TIME TO QUARANTINE CBP MANAGEMENT?
We have been watching CBP management for a while and it seems as if it is a diseased culture at the top of this vital agency. EEOC has pointed out all too often that it finds CBP managers who take the stand and testify under oath just do not tell the truth. That should be a removal offense for a law enforcement supervisor. And the examples just keep coming. In yet another recent case, a manager filed an EEO complaint when she was not selected for the position of Supervisory Border Agent, National Frontline Recruitment Command, GS-15.
When the facts established that one of the interview panel managers involved in making the selection knew about the employee’s prior EEO complaint, EEOC demanded to know how she knew, who told her, and when. It would have looked horrible if that manager was told by some CBP executive calling to block the employee’s promotion as punishment for her prior complaint. That executive would likely have to be fired once the case got over to the IG and U.S. Special Counsel. But rather than reveal who told her about the EEO complaint history, the manager testified that she could not recall who told her or when. A convenient case of amnesia?
Having been denied answers to those questions, EEOC gave CBP management a chance to come up with an valid explanation why the this particular employee was not selected. Again, CBP could not remember why. It merely muttered a summary of how the promotion process works, without a word about what the employee lacked that prevented her from getting one of the seven vacancies. In fact, it could not even recall who evaluated the best qualified list of applicants for the selecting official, which conveniently blocked the EEOC judge from calling that person to the stand to explain himself. EEOC wrote,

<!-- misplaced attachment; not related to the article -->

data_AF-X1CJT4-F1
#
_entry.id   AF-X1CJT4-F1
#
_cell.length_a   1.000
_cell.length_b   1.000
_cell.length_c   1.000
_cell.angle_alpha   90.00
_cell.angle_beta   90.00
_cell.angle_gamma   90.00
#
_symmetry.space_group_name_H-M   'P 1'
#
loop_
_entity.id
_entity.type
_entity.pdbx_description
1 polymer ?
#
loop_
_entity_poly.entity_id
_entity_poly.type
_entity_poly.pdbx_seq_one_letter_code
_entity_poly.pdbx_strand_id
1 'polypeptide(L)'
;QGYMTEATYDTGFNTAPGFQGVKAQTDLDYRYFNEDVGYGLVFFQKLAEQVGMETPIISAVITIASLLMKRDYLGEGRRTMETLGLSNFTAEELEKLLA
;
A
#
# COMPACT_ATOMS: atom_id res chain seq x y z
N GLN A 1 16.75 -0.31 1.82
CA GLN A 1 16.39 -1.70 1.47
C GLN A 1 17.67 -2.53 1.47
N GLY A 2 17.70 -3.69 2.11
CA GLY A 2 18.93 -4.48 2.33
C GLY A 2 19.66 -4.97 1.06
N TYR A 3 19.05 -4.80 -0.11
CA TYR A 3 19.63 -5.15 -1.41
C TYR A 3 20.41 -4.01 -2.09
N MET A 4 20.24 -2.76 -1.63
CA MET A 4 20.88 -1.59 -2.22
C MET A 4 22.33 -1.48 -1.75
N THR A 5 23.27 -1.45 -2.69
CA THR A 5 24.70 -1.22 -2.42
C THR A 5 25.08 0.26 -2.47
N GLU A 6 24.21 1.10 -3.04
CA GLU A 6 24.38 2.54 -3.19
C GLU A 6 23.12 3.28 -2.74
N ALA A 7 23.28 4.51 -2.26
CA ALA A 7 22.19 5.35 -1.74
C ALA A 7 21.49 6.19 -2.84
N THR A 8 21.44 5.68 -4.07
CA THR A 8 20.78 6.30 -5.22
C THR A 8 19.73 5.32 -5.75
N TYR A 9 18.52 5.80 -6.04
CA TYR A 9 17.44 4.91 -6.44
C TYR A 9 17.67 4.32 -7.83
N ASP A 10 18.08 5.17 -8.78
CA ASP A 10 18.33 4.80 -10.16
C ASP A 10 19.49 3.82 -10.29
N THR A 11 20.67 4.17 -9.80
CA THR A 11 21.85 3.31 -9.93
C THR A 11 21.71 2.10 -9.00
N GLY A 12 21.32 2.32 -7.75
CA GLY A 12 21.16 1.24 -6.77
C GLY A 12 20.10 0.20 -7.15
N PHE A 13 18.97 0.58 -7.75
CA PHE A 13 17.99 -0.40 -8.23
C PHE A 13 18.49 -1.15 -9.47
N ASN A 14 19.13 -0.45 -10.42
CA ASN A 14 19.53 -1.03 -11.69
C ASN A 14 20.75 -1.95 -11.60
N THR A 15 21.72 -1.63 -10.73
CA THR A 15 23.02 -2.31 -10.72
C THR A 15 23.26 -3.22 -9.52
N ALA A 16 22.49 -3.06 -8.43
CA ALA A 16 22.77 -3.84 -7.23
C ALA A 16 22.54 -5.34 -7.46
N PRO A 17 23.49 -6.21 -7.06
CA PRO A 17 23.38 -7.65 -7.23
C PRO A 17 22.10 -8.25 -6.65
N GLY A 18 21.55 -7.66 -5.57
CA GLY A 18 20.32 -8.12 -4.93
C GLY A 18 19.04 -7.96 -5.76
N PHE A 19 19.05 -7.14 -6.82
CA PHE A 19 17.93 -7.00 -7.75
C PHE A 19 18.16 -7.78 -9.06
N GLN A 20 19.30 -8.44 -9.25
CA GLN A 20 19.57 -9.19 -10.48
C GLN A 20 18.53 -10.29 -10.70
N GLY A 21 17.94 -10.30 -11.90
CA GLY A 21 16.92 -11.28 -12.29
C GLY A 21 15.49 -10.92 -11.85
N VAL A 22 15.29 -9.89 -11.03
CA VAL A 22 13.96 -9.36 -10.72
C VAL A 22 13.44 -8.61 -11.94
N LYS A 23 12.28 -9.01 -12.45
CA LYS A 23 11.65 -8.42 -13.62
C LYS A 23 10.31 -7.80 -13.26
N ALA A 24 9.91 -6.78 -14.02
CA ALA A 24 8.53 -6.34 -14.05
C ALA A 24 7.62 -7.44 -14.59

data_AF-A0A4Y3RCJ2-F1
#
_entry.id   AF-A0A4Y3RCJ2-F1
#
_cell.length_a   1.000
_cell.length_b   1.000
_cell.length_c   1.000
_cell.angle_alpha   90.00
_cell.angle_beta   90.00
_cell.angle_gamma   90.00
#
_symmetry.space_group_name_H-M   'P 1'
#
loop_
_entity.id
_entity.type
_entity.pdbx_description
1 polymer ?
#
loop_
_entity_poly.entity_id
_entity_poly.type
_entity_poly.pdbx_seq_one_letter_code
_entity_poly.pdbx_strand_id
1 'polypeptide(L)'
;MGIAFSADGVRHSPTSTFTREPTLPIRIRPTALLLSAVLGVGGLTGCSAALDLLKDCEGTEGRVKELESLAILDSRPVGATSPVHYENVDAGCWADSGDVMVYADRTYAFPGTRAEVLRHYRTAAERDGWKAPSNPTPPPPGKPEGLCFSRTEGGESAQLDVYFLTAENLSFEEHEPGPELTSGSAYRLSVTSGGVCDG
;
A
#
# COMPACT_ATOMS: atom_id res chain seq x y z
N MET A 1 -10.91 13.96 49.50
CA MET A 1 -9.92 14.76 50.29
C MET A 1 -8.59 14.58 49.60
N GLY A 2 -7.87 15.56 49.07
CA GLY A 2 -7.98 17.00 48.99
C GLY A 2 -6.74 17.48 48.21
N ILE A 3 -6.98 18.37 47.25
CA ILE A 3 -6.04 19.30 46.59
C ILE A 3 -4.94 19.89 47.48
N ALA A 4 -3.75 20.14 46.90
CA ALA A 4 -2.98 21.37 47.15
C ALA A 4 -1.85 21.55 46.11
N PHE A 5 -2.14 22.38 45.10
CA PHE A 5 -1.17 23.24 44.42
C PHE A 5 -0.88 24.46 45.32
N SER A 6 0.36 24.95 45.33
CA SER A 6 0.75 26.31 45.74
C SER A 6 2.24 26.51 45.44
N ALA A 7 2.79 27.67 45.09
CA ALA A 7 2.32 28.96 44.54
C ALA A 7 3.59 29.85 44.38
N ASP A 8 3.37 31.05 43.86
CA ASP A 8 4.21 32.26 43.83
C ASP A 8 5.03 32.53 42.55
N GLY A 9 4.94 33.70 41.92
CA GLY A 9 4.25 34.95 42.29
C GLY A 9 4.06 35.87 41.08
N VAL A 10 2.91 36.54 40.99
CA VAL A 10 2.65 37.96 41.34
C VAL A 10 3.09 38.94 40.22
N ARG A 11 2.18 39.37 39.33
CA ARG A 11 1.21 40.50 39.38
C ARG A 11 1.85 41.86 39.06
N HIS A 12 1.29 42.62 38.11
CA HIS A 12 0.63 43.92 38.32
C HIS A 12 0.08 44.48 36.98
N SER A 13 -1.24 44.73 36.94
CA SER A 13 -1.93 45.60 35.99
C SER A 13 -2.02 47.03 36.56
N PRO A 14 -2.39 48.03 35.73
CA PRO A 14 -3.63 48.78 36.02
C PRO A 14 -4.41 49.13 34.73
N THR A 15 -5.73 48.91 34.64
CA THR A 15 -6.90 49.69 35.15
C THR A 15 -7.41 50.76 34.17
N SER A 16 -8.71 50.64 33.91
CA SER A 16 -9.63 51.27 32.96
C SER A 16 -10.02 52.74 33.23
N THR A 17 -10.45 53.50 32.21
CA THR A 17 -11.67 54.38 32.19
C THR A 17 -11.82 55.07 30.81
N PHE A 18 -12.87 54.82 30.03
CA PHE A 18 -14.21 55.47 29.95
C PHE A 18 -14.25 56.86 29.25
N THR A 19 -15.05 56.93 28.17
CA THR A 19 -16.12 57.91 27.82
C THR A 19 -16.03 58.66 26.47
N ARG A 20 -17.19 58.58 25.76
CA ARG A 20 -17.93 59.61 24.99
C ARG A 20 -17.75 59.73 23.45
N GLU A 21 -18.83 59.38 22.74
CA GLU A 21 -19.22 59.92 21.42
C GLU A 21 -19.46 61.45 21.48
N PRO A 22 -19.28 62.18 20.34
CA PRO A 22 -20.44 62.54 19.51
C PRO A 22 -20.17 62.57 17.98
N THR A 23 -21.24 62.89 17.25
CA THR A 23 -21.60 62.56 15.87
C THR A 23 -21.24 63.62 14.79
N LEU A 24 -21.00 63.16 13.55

“The record simply does not indicate how the Agency determined which seven candidates would be interviewed, or why Complainant was not one of the seven. Merely indicating that the selecting official, or their designees, have the discretion to interview any or all applicants referred as best qualified is not enough — especially in a case were all of the interviewees, unlike Complainant, had never engaged in protected EEO activity. As was noted above, the Agency acknowledged that the record did not establish who chose the seven interviewees.”
As a result, EEOC found CBP leaders had engaged in reprisal against this supervisor for previously filing an EEO complaint. It ordered the agency to give the employee the promotion with three years of back pay, interest, and extra money to cover any increased income taxes she will have to pay for receiving a large check. It also gave her damages and instructed the agency to consider disciplining the Selecting Official, who also claimed she could not recall any details.
The case is titled Ashlea P. v. Kevin McAleenan, Acting Secty, DHS, CBP, EEOC No. 0120182299 (2019).